Sam Brownback, the US's new Ambassador-at-large for International Religious Freedom (CC/Flickr/Gage Skidmore)
Sam Brownback, the US’s new Ambassador-at-large for International Religious Freedom (CC/Flickr/Gage Skidmore)

The US Senate has confirmed Sam Brownback as the new head of the Office of International Religious Freedom.

Brownback is the first ambassador under the US’s revised International Religious Freedom Act, which affirms a commitment to international religious freedom as a foreign relations policy.

Brownback, 60, ran for president in 2008 and has been serving as the Republican Governor of Kansas. While in Congress he campaigned against human trafficking, pushed for the declaration of genocide during the Darfur crisis in Sudan, and introduced legislation on human rights violations in North Korea. A convert from Methodism to Roman Catholicism, Brownback served as Catholic advisor to the Trump campaign.

The Office of International Religious Freedom is tasked with recommending policies to the US administration. It is also responsible for the annual list of ‘Countries of Particular Concern’ given to “systematic, ongoing and egregious” violators of religious freedom. China, Eritrea, Iran, Myanmar, North Korea, Saudi Arabia, Sudan, Tajikistan, Turkmenistan, and Uzbekistan are on the latest list, while Pakistan is on a separate Special Watch List.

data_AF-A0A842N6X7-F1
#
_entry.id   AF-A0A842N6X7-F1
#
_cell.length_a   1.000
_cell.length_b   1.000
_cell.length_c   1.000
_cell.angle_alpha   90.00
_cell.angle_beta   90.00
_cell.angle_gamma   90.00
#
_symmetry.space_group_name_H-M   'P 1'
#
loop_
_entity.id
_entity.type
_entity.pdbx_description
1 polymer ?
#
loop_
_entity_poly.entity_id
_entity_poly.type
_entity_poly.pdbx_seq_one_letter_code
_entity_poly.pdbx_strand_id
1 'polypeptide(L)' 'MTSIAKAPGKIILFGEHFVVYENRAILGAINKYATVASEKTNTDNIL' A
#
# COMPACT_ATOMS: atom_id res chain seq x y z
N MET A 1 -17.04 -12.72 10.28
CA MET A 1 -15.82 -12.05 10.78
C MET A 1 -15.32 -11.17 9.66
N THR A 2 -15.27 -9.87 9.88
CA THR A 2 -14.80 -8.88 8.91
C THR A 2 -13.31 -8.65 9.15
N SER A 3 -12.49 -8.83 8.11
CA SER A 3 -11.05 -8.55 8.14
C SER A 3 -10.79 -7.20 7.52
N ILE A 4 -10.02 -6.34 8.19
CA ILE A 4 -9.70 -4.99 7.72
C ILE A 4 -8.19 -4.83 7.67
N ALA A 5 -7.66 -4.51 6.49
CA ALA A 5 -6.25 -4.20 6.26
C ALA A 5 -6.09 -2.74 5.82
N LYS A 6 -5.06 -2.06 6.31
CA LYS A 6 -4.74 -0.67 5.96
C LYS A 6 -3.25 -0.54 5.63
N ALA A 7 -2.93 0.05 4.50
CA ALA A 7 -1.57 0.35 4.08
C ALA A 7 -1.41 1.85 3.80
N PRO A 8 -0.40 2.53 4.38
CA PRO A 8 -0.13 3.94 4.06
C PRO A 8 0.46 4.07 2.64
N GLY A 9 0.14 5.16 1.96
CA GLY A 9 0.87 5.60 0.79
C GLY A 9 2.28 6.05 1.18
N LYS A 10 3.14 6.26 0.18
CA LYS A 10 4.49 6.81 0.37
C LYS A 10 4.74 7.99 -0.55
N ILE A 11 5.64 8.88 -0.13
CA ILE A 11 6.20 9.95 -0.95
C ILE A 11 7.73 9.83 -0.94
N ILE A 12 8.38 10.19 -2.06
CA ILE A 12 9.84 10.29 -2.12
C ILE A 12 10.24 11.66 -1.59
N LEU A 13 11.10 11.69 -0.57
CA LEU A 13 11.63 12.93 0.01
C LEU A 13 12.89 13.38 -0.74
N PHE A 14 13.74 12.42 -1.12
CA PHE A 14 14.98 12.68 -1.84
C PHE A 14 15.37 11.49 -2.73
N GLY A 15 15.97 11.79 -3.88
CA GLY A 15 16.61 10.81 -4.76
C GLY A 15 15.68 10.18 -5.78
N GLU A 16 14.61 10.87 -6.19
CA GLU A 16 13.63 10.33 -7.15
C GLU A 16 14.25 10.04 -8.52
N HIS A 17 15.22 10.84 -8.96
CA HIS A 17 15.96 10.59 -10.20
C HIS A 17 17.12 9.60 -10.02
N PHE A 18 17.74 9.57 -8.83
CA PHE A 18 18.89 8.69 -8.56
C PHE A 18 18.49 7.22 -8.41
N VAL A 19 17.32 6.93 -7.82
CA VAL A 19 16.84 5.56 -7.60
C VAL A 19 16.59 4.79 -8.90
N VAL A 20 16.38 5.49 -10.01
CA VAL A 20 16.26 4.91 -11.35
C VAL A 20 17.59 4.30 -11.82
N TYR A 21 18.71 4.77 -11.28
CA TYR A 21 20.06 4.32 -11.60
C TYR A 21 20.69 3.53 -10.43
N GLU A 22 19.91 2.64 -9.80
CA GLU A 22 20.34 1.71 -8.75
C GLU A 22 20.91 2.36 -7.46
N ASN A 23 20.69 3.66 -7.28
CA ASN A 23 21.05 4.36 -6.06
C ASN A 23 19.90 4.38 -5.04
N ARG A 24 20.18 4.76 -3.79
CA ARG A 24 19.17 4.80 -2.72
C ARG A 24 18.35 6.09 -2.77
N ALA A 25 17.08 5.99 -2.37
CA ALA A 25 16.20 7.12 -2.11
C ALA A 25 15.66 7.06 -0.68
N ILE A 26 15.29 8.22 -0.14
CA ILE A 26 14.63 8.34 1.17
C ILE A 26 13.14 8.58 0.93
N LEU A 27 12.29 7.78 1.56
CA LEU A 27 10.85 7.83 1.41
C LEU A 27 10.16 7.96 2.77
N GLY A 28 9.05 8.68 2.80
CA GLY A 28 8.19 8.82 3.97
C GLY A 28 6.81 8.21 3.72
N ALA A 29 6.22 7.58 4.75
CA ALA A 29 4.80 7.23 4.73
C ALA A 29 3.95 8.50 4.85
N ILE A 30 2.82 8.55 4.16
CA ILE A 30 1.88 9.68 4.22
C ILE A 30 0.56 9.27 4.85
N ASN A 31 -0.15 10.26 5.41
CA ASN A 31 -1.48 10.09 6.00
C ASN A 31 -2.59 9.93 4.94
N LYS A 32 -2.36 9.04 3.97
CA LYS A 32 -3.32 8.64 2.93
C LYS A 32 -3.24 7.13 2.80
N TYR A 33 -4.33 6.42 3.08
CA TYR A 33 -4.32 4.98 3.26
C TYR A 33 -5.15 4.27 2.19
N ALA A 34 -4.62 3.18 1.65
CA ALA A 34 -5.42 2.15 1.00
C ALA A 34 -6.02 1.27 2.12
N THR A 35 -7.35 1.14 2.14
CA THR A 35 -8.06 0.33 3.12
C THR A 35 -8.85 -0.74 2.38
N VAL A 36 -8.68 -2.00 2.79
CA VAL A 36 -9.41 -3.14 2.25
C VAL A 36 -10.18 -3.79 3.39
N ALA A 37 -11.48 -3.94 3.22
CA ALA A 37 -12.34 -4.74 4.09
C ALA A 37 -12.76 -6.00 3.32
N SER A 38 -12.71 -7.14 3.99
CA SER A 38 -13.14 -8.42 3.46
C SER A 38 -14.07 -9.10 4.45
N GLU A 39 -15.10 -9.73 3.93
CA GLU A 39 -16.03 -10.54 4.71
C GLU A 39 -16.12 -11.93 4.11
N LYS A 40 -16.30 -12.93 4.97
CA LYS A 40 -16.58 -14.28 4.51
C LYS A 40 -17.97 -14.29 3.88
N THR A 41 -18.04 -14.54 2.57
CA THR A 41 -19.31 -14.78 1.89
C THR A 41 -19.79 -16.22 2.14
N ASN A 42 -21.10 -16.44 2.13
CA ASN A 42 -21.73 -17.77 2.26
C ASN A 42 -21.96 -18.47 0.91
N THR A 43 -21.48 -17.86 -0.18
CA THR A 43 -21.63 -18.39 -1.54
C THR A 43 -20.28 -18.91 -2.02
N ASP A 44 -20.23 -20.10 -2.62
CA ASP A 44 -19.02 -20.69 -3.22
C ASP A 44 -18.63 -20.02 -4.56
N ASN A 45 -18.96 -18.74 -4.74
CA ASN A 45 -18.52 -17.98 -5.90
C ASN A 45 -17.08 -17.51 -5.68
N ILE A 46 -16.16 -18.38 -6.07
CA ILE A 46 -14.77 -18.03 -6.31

US religious leaders praised the appointment of Brownback, and said he could use his political experience to help religious minorities, including oppressed Christian and Yazidi communities in the Middle East, reported the New York Times.

“International religious freedom is one of the few non-partisan issues in Washington, both fundamental to our identity as Americans and also essential to our national security. In Sam Brownback, we have a leader who not only understands the intricacies of Capitol Hill; he has a heart and the demonstrated passion for the mission of this office,” said Frank Wolf of religious freedom advocates 21 Wilberforce.

The previous Ambassador-at-large, Rabbi David Saperstein, resigned in January 2017. Religious rights activists had expressed disappointment at the delay in filling the vacancy.